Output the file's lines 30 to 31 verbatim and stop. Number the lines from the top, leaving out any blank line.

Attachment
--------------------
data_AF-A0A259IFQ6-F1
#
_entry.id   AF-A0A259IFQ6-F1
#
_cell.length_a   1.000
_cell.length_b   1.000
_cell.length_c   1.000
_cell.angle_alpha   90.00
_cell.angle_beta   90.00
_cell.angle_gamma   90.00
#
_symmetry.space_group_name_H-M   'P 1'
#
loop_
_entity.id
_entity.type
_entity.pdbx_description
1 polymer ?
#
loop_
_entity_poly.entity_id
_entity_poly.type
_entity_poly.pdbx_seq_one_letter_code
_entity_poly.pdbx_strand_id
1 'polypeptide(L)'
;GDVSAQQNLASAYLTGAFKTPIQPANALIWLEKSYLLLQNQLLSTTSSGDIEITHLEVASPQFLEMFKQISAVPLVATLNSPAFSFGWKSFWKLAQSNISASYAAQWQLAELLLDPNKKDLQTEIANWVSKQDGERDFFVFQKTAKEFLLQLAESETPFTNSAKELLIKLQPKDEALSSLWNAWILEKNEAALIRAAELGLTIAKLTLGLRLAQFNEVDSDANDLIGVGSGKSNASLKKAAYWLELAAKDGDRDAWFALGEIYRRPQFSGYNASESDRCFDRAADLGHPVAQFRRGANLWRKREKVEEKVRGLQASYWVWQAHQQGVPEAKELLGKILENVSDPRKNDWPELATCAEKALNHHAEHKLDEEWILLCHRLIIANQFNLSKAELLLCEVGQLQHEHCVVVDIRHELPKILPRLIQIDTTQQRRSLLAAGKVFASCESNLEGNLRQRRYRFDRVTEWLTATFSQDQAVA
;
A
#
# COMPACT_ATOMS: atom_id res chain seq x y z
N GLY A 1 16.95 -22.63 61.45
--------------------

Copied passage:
# COMPACT_ATOMS: atom_id res chain seq x y z
N GLY A 1 16.95 -22.63 61.45